In the latest in our series on the future of higher education regulation in England, top wonks from across the sector consider OfS’ role in safety and mental health, overlaps with other providers, “burden” and the diversity of the sector.
Andy Phippen: Students need a regulator that worries about welfare
My work mainly focuses on online abuse across all education sectors, and how institutions respond to online harms affecting their students. Do they effectively support victims? Do they provide effective education so students can recognise and disclose abuse? Are staff well trained?
Within the school and college sector, the combined powers of the Department for Education’s Keeping Children Safe in Education statutory guidance and Ofsted’s inspection criteria rating the effectiveness of a school’s approach to online safeguarding, we can see massive progress around online safeguarding over the last ten years. When I look at the higher education sector, it is sadly lacking.
I know, from many conversations with students who have become victims to online abuse and harassment, that impacts can be severe and long term. They will withdraw from study, become isolated, and the abuse can potentially result in long term mental health issues. Equally, most believe they have no means to obtain help and support from the university, even if the abuse has been caused by a fellow student. From previous work in the area with Emma Bond at the University of Suffolk, we know that this is not something universities deal with effectively. In a couple of cases we were told by universities that student welfare is not their concern because “our students are all adults”.
I recall a couple of years ago being asked in a round table meeting “How can we get senior leaders to take student welfare seriously?”. “Easy,” I replied, “put it in the TEF”. There were a few audible gasps. Sadly, sometimes senior managers respond better to pressure from the regulator rather than doing the right thing through altruism. Yet I see little from the Office for Students that would suggest this is a priority for them. Their recently published statement of expectations on sexual harassment and misconduct paid lip service to online abuse but did little more, and there is scant evidence of enforcement of these expectations. If the Office for Students wishes to regulate and improve student outcomes why do their efforts around student welfare seem so toothless?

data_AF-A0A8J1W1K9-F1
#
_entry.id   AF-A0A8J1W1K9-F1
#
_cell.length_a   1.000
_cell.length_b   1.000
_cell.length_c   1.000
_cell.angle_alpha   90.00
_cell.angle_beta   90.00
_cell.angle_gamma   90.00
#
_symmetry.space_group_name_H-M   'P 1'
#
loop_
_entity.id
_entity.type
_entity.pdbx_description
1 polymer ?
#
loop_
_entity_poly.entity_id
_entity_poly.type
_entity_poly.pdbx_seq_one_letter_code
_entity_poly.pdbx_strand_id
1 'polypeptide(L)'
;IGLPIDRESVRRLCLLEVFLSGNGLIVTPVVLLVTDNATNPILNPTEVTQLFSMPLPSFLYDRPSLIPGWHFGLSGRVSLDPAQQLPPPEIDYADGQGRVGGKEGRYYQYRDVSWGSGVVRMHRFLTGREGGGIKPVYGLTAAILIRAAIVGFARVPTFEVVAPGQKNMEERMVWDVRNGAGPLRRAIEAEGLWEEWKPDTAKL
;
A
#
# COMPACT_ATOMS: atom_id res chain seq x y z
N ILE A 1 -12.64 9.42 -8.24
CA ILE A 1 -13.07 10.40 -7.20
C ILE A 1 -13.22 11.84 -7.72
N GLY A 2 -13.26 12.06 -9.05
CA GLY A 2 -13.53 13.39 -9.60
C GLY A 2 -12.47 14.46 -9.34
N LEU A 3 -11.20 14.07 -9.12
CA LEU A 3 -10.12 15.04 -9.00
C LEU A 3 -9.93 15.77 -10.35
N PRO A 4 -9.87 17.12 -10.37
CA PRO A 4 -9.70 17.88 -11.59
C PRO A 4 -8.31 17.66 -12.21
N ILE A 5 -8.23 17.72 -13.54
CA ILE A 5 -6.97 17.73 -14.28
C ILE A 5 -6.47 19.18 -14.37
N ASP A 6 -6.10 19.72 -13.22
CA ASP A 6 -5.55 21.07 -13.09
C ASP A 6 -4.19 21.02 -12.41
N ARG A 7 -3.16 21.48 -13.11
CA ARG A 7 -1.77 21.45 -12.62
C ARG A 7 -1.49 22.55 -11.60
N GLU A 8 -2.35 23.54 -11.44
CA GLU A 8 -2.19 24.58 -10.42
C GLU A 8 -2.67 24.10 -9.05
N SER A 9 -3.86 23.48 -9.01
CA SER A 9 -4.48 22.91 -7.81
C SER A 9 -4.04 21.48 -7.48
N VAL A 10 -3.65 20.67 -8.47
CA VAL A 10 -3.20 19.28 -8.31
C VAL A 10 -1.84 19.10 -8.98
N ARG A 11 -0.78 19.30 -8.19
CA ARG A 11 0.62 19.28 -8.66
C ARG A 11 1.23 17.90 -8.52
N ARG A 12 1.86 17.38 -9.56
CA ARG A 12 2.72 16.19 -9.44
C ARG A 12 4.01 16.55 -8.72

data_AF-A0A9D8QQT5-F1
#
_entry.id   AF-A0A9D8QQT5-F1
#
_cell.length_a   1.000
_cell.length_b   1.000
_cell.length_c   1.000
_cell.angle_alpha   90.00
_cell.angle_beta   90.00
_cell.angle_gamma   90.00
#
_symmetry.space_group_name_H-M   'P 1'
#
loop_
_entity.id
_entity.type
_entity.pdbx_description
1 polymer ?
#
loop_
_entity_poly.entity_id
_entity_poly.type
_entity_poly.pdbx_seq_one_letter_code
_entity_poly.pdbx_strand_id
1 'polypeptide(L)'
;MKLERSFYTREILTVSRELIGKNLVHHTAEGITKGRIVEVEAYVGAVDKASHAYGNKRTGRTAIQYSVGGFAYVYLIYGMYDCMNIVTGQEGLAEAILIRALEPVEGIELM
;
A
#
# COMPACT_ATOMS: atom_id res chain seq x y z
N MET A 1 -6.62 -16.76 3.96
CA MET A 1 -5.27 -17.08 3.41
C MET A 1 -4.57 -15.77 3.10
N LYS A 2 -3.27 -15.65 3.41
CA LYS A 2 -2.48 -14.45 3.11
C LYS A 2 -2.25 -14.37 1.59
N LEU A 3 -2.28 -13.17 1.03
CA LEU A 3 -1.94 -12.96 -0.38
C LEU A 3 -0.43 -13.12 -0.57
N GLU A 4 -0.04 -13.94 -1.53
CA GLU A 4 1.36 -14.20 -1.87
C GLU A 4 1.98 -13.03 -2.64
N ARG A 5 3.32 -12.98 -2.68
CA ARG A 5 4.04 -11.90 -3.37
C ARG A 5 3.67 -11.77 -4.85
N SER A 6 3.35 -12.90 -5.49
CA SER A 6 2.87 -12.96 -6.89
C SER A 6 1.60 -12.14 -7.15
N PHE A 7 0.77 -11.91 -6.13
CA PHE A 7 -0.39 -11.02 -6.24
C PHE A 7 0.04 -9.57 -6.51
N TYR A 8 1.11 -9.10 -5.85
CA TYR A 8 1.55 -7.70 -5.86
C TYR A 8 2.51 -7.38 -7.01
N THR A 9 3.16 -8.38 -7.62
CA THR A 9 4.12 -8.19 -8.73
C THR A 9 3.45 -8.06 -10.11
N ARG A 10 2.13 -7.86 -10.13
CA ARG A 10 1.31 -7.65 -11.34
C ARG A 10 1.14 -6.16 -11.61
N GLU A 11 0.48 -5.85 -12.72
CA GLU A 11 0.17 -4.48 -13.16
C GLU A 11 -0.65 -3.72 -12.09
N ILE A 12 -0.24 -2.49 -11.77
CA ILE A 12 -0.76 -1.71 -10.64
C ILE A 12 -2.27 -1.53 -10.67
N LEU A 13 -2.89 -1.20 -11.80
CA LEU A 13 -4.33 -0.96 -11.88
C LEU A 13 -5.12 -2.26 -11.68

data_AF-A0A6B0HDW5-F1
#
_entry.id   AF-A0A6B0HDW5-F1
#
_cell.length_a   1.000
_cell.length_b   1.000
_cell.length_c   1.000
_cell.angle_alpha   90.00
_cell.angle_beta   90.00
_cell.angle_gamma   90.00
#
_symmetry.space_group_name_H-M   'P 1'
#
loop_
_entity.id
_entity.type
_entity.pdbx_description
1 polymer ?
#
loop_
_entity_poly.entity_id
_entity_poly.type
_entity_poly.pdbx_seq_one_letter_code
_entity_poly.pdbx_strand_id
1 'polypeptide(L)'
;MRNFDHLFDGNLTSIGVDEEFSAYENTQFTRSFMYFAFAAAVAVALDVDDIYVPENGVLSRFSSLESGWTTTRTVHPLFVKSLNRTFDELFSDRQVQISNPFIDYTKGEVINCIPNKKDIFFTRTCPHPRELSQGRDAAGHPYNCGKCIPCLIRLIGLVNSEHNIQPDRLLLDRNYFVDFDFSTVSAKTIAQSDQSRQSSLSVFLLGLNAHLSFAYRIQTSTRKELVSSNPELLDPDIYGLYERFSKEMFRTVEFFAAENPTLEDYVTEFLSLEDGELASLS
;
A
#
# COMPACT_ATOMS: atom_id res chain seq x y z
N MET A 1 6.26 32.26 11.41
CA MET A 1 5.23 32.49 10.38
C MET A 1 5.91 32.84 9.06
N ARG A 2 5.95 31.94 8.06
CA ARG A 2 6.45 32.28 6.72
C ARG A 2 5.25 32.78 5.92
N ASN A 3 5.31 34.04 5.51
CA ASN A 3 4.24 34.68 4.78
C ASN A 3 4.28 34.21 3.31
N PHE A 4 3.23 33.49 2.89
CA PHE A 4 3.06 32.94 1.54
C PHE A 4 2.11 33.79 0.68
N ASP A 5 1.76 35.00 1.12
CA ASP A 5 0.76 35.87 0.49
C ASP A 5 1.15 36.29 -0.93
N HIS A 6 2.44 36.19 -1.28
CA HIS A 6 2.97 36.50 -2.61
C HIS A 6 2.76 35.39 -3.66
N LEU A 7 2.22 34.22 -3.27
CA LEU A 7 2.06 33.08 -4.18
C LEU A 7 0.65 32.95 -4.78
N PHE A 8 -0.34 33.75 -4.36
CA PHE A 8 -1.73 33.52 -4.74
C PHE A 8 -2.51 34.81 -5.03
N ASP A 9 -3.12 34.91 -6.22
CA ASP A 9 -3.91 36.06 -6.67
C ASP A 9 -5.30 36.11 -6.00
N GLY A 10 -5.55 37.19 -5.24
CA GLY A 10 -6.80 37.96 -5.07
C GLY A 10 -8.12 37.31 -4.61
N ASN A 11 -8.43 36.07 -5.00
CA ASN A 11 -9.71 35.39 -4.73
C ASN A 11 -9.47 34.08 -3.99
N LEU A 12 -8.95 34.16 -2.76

Andy Youell: The regulatory car-crash
A regulatory framework is like a motor car. It involves a number of components each of which performs a particular task. Together these components create a coherent, functioning machine which meets the given design objectives with any trade-offs and compromises that entails. Some are built for speed – some are built for practicality.
To work in this way we are regulated by both OfS and by the Institute for Apprenticeships and Technical Education (IFATE)/ESFA frameworks. Our management of quality is scrutinised and assessed by both the QAA and OfSted who apply different types of tests, executed in different ways and to wildly different timescales. We make individual-level student data returns to HESA and to the ESFA Individualised Learner Record. The HESA return is collected once per year (though the OfS are still contemplating if a second in-year collection should be run) and we make fourteen (yes, 14!) individualised student data returns to ESFA each year to satisfy their requirements. This duplication in regulatory requirements gears in a massive duplication to processes, systems and posts.